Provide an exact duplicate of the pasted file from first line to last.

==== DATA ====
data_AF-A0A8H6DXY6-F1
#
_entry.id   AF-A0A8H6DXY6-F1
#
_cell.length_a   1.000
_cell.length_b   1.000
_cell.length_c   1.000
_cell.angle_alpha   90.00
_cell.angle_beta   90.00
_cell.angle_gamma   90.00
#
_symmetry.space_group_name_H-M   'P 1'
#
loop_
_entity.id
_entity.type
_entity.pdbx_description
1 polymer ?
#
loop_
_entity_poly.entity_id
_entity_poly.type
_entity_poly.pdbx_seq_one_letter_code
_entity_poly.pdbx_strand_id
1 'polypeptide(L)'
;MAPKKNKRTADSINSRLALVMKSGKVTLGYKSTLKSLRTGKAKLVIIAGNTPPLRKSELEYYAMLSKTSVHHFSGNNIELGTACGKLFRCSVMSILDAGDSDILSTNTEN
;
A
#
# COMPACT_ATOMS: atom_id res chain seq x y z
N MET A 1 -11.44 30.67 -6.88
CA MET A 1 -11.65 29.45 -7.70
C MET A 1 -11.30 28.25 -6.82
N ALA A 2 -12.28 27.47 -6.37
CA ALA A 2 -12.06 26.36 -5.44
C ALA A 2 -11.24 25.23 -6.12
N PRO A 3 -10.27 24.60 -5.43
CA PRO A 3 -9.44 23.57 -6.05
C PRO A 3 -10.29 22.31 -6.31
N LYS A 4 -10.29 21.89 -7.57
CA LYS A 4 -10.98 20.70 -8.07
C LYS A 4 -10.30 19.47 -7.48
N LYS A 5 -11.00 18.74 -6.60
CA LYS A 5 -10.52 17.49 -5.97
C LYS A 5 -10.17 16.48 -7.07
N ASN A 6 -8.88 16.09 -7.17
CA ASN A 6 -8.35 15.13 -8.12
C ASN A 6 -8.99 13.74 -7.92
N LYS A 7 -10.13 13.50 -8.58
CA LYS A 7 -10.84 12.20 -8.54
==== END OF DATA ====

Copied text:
data_AF-A0A8H6DXY6-F1
#
_entry.id   AF-A0A8H6DXY6-F1
#
_cell.length_a   1.000
_cell.length_b   1.000
_cell.length_c   1.000
_cell.angle_alpha   90.00
_cell.angle_beta   90.00
_cell.angle_gamma   90.00
#
_symmetry.space_group_name_H-M   'P 1'
#
loop_
_entity.id
_entity.type
_entity.pdbx_description
1 polymer ?
#
loop_
_entity_poly.entity_id
_entity_poly.type
_entity_poly.pdbx_seq_one_letter_code
_entity_poly.pdbx_strand_id
1 'polypeptide(L)'
;MAPKKNKRTADSINSRLALVMKSGKVTLGYKSTLKSLRTGKAKLVIIAGNTPPLRKSELEYYAMLSKTSVHHFSGNNIELGTACGKLFRCSVMSILDAGDSDILSTNTEN
;
A
#
# COMPACT_ATOMS: atom_id res chain seq x y z
N MET A 1 -11.44 30.67 -6.88
CA MET A 1 -11.65 29.45 -7.70
C MET A 1 -11.30 28.25 -6.82
N ALA A 2 -12.28 27.47 -6.37
CA ALA A 2 -12.06 26.36 -5.44
C ALA A 2 -11.24 25.23 -6.12
N PRO A 3 -10.27 24.60 -5.43
CA PRO A 3 -9.44 23.57 -6.05
C PRO A 3 -10.29 22.31 -6.31
N LYS A 4 -10.29 21.89 -7.57
CA LYS A 4 -10.98 20.70 -8.07
C LYS A 4 -10.30 19.47 -7.48
N LYS A 5 -11.00 18.74 -6.60
CA LYS A 5 -10.52 17.49 -5.97
C LYS A 5 -10.17 16.48 -7.07
N ASN A 6 -8.88 16.09 -7.17
CA ASN A 6 -8.35 15.13 -8.12
C ASN A 6 -8.99 13.74 -7.92
N LYS A 7 -10.13 13.50 -8.58
CA LYS A 7 -10.84 12.20 -8.54